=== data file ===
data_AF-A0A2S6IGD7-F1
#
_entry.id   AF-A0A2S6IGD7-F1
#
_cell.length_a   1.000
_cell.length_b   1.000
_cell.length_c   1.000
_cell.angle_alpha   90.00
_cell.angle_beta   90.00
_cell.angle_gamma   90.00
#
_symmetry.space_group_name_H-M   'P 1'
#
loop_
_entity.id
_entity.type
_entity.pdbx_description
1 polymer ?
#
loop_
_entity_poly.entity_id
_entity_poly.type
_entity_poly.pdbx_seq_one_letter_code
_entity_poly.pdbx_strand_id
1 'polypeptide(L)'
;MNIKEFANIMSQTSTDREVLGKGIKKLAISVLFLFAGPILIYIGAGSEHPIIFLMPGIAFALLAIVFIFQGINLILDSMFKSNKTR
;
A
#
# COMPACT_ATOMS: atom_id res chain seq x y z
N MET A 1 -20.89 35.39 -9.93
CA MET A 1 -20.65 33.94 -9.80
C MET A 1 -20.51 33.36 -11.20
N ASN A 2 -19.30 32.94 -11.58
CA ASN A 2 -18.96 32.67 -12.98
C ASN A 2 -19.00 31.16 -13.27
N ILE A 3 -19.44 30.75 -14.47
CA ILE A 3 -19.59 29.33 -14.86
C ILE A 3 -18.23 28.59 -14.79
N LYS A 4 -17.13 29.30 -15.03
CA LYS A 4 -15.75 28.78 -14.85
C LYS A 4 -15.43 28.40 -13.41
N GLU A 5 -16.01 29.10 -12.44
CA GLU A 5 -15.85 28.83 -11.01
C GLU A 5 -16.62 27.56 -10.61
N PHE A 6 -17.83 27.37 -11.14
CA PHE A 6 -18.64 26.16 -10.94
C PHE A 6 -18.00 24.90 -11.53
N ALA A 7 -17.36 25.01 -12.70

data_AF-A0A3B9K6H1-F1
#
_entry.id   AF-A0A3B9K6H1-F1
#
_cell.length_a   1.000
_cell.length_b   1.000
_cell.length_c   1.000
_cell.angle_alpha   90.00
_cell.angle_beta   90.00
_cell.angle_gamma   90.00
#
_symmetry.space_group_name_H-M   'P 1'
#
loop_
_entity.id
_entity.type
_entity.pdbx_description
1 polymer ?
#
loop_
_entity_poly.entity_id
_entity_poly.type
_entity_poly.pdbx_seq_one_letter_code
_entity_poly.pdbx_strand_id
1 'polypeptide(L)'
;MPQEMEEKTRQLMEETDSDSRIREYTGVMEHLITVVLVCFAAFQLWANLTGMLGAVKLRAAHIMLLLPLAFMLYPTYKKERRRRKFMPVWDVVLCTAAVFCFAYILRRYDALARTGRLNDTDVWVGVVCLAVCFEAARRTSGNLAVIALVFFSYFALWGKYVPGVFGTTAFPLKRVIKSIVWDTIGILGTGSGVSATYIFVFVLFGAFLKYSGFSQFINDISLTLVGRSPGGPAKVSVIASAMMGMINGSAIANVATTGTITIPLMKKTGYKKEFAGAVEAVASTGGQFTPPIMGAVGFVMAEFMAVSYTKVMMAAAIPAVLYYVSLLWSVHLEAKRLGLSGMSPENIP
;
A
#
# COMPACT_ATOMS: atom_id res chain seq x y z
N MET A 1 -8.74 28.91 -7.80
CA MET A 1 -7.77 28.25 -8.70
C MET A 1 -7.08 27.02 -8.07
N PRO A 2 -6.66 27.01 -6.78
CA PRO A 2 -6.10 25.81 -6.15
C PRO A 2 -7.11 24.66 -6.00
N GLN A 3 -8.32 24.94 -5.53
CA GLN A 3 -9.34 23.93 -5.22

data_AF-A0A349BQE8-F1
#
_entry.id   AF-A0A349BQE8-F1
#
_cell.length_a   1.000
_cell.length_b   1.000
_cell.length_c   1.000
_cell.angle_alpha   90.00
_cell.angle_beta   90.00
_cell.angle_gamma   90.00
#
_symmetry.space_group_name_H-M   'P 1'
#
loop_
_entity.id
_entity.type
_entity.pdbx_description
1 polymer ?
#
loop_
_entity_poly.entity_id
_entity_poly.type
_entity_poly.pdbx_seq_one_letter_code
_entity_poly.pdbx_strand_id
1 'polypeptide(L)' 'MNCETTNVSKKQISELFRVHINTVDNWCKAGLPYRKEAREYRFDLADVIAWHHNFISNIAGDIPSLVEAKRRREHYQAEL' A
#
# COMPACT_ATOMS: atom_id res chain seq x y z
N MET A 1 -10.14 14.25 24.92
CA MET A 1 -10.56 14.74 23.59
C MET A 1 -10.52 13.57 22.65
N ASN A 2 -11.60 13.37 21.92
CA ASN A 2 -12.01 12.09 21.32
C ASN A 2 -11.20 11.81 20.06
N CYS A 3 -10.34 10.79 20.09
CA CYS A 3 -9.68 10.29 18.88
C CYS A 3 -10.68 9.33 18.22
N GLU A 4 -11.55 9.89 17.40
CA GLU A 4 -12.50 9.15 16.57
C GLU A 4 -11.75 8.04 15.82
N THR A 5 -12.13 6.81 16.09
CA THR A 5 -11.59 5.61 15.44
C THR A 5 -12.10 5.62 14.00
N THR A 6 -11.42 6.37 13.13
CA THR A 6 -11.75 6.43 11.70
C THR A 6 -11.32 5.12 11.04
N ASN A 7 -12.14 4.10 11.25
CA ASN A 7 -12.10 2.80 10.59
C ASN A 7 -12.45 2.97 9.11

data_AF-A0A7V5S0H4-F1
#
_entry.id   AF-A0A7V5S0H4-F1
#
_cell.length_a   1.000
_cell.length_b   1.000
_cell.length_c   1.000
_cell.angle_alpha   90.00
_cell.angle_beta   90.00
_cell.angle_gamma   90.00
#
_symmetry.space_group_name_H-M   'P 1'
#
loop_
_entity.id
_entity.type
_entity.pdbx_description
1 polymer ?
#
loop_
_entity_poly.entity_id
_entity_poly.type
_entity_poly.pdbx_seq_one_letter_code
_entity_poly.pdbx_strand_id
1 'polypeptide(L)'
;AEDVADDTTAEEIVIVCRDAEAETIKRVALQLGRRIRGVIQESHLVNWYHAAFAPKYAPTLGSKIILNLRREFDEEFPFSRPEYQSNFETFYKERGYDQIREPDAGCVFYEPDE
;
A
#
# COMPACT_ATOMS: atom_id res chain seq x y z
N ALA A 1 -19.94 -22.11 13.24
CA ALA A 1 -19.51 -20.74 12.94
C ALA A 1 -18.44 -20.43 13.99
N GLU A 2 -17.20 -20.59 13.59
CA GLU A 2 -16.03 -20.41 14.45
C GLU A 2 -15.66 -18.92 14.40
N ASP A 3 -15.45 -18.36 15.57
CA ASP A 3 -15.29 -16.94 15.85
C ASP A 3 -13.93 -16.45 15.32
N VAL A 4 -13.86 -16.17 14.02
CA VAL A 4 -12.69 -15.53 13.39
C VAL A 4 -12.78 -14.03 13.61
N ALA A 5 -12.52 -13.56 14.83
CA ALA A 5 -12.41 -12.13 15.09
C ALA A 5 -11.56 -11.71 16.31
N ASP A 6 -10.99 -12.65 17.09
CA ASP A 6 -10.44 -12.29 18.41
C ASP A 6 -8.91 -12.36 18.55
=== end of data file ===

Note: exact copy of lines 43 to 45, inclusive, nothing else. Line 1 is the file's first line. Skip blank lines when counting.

N GLU A 5 -16.01 29.10 -12.44
CA GLU A 5 -15.85 28.83 -11.01
C GLU A 5 -16.62 27.56 -10.61